This month, the Colorado Senate will consider whether to amend Colorado's renewable energy portfolio standard to include electricity generated from burning methane gas vented from active and abandoned coal mines. The NFRIA-WSERC Conservation Center supports HB 1160, a bi-partisan effort sponsored by Senator Gail Schwartz, D-Snowmass, and Rep. Randy Baumgardner, R-Hot Sulpher Springs, because it benefits the environment and job creation in Delta County.
Coal mines must vent methane to safeguard their miners. Methane is a powerful greenhouse gas, 21 times more potent than carbon dioxide. This means that generating relatively minor amounts of electricity by burning methane could substantially reduce green house gas emissions in Colorado.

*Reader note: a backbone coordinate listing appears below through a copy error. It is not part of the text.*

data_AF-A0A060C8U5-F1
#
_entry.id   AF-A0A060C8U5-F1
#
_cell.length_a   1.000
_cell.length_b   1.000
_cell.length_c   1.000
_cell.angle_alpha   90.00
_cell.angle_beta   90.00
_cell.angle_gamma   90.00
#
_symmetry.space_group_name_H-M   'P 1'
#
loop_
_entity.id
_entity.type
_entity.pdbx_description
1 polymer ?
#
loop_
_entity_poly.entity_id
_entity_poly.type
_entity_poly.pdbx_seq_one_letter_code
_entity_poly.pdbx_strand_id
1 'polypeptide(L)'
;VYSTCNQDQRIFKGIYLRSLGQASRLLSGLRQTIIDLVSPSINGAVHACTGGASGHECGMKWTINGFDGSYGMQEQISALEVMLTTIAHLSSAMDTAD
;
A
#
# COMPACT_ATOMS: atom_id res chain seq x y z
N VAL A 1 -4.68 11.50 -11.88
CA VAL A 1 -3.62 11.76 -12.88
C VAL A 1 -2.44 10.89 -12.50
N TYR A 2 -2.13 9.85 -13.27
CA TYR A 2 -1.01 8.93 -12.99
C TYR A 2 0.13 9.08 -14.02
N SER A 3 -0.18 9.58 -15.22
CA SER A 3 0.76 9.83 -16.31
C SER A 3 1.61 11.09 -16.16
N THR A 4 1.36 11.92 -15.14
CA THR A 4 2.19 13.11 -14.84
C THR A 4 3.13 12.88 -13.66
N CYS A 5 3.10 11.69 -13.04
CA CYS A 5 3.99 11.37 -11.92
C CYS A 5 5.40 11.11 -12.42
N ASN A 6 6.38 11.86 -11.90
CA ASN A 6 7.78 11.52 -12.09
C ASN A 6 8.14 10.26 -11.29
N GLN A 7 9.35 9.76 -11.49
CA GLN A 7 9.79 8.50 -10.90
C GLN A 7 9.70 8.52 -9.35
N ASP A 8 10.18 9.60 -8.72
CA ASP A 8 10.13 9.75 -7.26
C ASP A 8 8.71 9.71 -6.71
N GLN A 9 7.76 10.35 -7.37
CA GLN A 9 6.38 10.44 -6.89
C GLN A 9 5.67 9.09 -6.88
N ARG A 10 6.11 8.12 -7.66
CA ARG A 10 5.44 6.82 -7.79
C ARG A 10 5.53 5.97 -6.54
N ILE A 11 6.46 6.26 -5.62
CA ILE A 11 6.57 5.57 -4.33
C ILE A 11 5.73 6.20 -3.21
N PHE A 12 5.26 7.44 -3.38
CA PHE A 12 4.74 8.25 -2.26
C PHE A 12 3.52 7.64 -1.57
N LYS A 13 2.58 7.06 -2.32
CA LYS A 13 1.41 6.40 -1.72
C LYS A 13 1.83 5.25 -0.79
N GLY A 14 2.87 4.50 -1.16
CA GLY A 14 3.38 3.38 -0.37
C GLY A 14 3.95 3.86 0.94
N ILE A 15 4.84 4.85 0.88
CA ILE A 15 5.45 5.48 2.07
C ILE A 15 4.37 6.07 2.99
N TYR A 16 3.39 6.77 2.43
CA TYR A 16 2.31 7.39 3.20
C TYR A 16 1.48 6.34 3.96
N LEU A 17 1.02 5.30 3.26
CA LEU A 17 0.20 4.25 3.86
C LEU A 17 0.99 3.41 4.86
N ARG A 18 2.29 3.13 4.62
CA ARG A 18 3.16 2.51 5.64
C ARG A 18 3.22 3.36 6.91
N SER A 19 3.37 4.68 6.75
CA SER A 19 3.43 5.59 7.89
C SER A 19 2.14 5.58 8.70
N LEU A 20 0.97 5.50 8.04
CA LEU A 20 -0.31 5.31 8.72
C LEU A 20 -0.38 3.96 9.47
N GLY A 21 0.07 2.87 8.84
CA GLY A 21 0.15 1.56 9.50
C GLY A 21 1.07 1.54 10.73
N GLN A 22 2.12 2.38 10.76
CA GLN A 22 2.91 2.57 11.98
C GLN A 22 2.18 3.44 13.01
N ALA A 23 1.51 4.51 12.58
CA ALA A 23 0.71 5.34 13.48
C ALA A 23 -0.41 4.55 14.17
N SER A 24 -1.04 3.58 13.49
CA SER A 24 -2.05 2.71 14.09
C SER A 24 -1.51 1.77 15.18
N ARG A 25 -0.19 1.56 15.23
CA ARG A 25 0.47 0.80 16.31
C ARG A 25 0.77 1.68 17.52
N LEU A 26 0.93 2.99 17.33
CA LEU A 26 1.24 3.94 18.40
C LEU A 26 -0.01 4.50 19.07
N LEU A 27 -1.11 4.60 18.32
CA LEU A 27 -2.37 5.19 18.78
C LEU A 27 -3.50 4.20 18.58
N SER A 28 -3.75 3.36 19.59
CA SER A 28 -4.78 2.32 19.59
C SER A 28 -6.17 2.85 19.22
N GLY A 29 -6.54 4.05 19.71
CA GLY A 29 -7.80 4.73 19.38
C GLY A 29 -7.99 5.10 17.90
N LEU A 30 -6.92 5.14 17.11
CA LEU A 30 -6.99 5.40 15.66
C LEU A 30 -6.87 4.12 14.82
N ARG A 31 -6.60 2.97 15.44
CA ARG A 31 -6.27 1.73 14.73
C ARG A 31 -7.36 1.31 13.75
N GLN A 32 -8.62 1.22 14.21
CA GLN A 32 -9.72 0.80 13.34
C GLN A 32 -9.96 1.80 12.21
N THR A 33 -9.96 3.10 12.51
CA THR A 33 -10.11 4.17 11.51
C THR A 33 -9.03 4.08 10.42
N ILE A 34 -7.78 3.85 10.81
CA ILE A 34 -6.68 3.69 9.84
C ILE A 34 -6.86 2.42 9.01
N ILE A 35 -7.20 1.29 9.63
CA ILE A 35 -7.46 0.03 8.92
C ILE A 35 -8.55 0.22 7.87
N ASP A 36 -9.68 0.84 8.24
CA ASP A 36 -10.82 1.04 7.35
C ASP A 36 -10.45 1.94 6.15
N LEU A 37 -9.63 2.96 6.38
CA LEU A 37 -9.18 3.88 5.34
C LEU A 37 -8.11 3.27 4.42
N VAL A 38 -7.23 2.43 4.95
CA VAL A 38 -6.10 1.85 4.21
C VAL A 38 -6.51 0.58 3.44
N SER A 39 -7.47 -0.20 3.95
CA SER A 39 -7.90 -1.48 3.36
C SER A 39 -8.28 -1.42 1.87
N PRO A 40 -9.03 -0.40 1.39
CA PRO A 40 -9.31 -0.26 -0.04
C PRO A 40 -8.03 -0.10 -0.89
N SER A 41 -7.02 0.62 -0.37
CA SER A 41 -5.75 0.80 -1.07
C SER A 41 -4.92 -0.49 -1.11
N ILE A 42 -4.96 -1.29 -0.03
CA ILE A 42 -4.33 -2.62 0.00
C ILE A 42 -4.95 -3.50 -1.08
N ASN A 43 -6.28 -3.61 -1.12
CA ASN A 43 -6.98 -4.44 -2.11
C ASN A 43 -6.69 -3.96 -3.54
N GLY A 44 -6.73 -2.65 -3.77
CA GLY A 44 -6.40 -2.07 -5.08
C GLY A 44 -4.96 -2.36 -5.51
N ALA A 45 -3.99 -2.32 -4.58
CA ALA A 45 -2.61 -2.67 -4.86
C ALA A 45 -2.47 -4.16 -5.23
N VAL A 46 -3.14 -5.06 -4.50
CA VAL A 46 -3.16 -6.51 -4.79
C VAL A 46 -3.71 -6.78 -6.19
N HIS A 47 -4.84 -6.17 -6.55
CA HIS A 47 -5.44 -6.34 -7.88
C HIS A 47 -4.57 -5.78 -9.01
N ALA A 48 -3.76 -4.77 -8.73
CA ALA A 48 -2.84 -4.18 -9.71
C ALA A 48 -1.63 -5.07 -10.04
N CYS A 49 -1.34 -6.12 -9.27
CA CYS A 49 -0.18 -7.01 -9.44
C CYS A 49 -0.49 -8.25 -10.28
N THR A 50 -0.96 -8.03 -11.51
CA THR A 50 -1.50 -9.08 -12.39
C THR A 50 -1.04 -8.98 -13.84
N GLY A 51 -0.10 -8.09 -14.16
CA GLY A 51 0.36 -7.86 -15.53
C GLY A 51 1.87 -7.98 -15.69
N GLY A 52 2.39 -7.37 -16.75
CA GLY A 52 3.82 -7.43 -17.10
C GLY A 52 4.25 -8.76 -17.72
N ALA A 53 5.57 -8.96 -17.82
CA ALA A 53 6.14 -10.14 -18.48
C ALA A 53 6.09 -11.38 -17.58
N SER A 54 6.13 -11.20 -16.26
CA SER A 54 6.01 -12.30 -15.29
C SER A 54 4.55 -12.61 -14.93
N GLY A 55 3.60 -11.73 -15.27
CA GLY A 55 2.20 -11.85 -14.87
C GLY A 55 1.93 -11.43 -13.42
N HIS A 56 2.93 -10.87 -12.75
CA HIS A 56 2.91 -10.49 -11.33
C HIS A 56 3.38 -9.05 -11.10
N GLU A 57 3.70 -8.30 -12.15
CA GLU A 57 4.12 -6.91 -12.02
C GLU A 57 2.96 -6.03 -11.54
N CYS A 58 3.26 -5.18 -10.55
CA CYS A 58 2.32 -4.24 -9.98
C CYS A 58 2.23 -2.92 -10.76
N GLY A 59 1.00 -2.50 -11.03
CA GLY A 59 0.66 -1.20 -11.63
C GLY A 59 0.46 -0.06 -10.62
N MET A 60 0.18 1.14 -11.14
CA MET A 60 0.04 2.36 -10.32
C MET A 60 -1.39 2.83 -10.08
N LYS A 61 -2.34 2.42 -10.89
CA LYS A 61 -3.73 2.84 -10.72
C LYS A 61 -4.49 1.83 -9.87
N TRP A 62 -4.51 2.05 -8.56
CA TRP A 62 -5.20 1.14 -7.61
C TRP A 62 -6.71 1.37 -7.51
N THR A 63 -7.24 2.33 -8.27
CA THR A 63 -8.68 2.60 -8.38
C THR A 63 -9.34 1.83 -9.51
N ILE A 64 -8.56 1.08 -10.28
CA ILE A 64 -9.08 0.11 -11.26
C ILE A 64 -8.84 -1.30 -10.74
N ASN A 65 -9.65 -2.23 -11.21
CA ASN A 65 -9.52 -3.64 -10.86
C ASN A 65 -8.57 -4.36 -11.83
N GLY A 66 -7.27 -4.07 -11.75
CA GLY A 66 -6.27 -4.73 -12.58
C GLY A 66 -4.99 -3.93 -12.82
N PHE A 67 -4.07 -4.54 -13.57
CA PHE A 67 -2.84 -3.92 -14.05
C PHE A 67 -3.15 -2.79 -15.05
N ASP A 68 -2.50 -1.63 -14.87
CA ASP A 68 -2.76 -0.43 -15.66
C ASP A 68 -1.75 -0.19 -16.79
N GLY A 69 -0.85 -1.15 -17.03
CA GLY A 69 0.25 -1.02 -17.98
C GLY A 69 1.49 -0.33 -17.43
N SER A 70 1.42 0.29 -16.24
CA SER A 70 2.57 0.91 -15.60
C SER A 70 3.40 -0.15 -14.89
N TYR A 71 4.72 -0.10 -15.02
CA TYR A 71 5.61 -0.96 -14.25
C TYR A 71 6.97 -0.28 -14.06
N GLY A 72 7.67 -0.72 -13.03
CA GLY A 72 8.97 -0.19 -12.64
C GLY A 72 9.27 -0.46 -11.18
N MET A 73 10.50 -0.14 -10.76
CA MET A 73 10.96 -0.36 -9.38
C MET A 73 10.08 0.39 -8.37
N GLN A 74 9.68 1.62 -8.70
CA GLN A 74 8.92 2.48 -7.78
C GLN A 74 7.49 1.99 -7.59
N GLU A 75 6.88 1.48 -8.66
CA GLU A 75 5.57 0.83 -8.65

Energy analyst Randy Udall calculates that five megawatts of energy generated from coal mine methane emissions, at a capital cost of $10 million, would offset more carbon than $700 million of solar projects installed in Colorado as of 2010. The North Fork's current estimated potential is up to 40 megawatts of electricity and 3,000 carbon offsets per day.
Underground coal mines emit methane gas long after the coal reserves are exhausted, and coal mine methane capture would support local jobs at well past the life of the mines.
Eligible renewable-energy resources in the existing legislation include solar, wind, geothermal, and methane capture from landfills.blog comments powered by Disqus